The following relate to the dangers of sun glare while driving, and traffic safety in general. They were derived from our twitter feed @SunPosition
Three-car crash in Galena blamed on blinding sun | KWQC TV6
…”The accident happened shortly before 4:00 PM. The accident happened at US Hwy 20 West at Glen Hollow Road in rural Galena.
During the crash investigation, deputies learned a car traveling east on US Hwy 20 and was stopped waiting for oncoming traffic so she could turn onto Glen Hollow Road.
A second vehicle was stopped behind the first. A third vehicle driven by 85-year-old Richard Anderberg was traveling east on US Hwy 20 and he tells officers he was blinded by the sun and didn’t see the vehicles stopped. Anderberg hit the second stopped vehicle, pushing that vehicle into the first stopped car.”…
Driver 'blinded' by the sun before fatal collision | STV News
“Ho Cheng, 32, was convicted of causing the death of Patrick McCabe by careless driving following the crash on Scotland Street in Glasgow in March 2015.
Cheng, of Pollokshields, was ordered to perform 300 hours' unpaid work in the community.
Judge Johanna Johnston QC also banned him from driving for four years.
The High Court in Glasgow heard the Transit van hired by Mr McCabe had broken down and was being put on to a recovery vehicle when Cheng's BMW smashed into it.
Mr McCabe, who was standing in the roadway, died and the recovery vehicle driver, 51-year-old Martin Aird, was seriously injured.
The incident was captured on the dashcam of the car travelling behind Cheng.
It showed the sun was low in the sky and there was significant glare.”…
“He was originally on trial accused of causing death by dangerous driving but the jury unanimously cleared him of the more serious charge.”…
RT @the_DIA: Ever heard of the 'Dutch Reach'? It could save lives!
RT @_ArriveAlive: Safe Driving at Sunset https://t.co/35pCB5Uxl4 #ArriveAlive https://t.co/MrtvDraDcv
(The following is an excerpt from the link in the original tweet. Well worth reading entire article! (Ed.))
“Why is driving at Sunrise and Sunset an Increased Risk to Safety?
- At sunrise and before sunset the sun can shine directly into drivers’ eyes, leaving many motorists driving with a glare.
- This leaves the driver’s view compromised making it much harder to see the road ahead and identify potential hazards.
- At dusk / sunset your eyes must adapt to the changing level of brightness and it becomes more difficult to recognise threats to safety.
- Although the sky mat still be light, the road will be darker with deep shadows and there is less contrast in colours (eg the colour of oncoming cars).
- It will leave the driver closer to any hazard and leave a much reduced stopping distance.
- Visibility is particularly poor at dusk and dawn because natural light is reduced and it isn’t dark enough for your headlights to be 100% effective.
- Driving at these times is often associated with tiredness among drivers who have driven through the night or are returning from a hard day of work.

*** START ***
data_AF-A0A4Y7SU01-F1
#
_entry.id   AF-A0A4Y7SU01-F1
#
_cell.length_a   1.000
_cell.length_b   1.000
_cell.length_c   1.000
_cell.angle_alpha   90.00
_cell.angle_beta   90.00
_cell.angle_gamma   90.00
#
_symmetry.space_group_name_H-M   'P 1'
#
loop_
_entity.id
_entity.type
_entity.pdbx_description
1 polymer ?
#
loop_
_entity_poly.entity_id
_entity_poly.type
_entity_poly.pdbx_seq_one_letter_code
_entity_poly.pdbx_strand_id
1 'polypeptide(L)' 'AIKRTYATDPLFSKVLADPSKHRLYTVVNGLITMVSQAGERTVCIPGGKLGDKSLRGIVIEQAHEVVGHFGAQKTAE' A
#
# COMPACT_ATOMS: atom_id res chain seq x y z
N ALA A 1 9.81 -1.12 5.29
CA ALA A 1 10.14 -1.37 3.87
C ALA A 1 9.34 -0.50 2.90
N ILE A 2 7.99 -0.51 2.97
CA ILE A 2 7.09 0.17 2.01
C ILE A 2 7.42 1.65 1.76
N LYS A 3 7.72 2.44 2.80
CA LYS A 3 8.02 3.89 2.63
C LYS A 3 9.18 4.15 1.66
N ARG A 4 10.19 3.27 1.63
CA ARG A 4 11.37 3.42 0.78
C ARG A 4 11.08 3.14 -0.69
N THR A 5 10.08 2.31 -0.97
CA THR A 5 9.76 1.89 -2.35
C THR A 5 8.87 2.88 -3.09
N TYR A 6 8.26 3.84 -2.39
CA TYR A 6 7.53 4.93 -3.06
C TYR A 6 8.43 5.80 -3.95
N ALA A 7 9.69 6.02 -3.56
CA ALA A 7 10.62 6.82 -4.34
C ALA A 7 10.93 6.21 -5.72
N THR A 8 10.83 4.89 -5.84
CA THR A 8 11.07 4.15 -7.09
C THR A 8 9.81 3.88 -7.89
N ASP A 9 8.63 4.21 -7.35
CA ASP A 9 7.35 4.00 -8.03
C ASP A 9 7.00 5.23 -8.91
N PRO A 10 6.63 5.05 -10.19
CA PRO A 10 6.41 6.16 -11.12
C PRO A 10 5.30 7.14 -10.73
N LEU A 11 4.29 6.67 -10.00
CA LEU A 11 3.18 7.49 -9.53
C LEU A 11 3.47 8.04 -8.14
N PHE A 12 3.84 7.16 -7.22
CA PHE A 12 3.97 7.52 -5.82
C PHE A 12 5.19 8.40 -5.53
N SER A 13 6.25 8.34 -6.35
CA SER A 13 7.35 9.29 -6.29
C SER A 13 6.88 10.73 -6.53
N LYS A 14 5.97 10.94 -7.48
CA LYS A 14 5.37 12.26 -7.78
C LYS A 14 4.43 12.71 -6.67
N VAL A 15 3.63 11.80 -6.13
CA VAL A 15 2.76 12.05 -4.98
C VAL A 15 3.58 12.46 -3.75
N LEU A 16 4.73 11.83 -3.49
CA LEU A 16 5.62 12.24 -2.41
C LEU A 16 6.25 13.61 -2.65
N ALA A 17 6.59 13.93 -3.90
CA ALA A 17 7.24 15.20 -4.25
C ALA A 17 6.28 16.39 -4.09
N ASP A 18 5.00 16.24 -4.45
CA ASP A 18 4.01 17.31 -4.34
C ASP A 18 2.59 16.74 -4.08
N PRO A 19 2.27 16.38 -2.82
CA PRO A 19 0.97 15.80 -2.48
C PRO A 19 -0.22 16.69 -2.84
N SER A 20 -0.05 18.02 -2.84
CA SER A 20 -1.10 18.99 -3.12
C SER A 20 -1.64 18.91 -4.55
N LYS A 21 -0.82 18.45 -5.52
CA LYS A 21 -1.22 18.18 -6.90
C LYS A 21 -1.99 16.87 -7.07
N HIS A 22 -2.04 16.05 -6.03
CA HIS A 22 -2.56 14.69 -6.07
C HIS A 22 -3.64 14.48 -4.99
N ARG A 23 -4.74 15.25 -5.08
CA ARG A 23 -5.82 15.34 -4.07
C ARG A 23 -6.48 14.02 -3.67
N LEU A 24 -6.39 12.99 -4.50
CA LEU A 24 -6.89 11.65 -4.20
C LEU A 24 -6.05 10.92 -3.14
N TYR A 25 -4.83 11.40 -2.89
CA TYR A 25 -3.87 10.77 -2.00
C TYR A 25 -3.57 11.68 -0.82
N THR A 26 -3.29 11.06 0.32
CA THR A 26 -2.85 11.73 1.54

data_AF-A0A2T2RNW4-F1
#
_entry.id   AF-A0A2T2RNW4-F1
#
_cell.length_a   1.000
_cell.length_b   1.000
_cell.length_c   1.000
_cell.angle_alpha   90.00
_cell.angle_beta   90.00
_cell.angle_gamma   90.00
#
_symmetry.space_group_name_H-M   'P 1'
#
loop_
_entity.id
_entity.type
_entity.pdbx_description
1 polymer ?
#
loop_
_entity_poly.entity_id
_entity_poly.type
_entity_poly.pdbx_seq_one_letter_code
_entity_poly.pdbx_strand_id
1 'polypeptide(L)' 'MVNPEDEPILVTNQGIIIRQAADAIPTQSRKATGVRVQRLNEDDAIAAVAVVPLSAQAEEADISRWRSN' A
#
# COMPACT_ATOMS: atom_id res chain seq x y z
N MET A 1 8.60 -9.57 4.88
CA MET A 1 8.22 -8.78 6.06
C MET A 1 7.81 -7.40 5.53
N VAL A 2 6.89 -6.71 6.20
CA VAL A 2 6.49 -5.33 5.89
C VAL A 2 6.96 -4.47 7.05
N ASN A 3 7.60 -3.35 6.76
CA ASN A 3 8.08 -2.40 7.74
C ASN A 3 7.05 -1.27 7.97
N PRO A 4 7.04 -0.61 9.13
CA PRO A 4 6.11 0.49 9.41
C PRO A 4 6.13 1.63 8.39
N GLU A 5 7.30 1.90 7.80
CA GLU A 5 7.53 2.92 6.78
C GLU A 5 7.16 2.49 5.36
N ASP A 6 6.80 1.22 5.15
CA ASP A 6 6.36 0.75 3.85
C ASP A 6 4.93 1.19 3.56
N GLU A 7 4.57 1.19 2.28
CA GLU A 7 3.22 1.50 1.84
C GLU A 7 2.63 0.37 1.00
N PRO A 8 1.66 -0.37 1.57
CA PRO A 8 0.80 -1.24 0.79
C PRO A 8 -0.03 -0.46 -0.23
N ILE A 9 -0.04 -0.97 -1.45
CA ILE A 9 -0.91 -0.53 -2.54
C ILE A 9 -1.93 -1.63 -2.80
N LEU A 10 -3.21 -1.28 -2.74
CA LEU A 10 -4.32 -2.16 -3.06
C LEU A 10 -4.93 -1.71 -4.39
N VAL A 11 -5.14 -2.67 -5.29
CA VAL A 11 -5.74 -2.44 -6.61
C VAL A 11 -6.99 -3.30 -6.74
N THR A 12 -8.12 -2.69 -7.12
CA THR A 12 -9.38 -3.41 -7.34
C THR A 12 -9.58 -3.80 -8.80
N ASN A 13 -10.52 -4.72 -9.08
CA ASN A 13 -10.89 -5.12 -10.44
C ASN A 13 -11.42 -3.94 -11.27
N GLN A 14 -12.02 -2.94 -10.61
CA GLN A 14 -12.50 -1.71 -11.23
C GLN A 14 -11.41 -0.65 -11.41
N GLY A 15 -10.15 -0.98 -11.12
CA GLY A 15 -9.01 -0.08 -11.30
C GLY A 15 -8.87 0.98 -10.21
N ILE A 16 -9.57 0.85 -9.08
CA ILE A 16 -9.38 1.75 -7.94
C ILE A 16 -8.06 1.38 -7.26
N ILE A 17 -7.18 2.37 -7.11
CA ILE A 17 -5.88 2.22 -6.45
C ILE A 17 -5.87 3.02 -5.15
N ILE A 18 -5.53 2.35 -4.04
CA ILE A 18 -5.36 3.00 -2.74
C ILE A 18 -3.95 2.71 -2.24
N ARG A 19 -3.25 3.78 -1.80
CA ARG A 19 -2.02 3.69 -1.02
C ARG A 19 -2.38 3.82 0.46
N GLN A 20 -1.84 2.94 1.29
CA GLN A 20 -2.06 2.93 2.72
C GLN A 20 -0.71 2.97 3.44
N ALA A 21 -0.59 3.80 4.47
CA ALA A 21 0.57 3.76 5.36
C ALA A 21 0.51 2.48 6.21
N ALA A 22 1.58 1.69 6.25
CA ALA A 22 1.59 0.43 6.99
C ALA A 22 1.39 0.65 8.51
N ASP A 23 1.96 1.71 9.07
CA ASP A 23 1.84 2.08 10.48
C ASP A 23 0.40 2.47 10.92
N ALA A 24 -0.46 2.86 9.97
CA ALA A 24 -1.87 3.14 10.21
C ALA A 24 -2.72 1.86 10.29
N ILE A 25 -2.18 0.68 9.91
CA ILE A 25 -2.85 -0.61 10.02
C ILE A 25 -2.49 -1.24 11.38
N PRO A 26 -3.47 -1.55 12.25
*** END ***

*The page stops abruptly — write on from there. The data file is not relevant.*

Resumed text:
- Exhaustion severely affects focus and reaction time, so it is advisable to keep driving to a minimum in these circumstances.
- It is especially dangerous for the elderly drivers experiencing natural, age-related changes in vision.”…
“Safe Driving Techniques when driving at Sunrise and Sunset
Preparedness of the Driver
An informed road user is a safer road user. We would like drivers to be alert of risks, to be well prepared and able to make the necessary adjustments when required.
- Think ahead of the planned drive, the potential threats on the road and be ready to adjust the way you drive.
- Many drivers are able to self-regulate by limiting their driving in low light situations, such as at dusk, dawn or night.
- Ensure alertness by avoiding driver tiredness, planning your rest stops and avoiding all driver distractions.
- Be mindful of other drivers, and switch to your low beams if there’s oncoming traffic or if you’re following another vehicle.
- Have good sunglasses available to you within easy reach.
- Invest in polarized sunglasses – they can help reduce glare.
- Avoid wearing tinted sunglasses at night, though they may be helpful during dusk and dawn when the sun is still out.
- Utilize your sun visor – it can help to block out the sun.
- Let your eyes adjust – The human eye naturally adjusts to the darkness, but it can take up to 30 minutes for your eyes to adapt to darkness fully and drivers should reduce speed during this transitional time.
- Be conscious of vision changes. As we age, it is natural to experience vision changes that affect our visibility in low light situations, such as dusk and dawn.
- A 50-year-old driver may need twice as much light to see comfortably over a 30-year old driver.
- Limited light can affect depth perception, colour perception, contrast sensitivity and peripheral vision.
- Get regular check-ups for conditions like macular degeneration, cataracts and glaucoma.”…
Driver in fatal Shipshewana crash blames glare from sun | The Goshen News
“An official accident report released Friday by the Shipshewana Police Department provided more details into the death of a woman who was fatally struck on her bicycle Thursday morning.
According to Shipshewana police, Joyce Keim, 75, Elkhart, was driving a 2010 Chrysler Town and Country van south on Ind. 5, approaching the intersection of C.R. 345 North around 7:48 a.m. Thursday.
As Keim's vehicle approached the intersection, it struck the rear of Mahala K. Yoder's bicycle, police documented. Yoder, 34, Shipshewana, was stopped on her bicycle on Ind. 5 in the southbound lane waiting to make a left turn onto C.R. 345 North at the time of the collision, police said.
The collision caused Yoder to be pushed into the northbound lane, where she collided with the side of a passing Westview school bus, according to the police report. Keim told officers the glare from the sun in her left eye caused her to not see Yoder.”…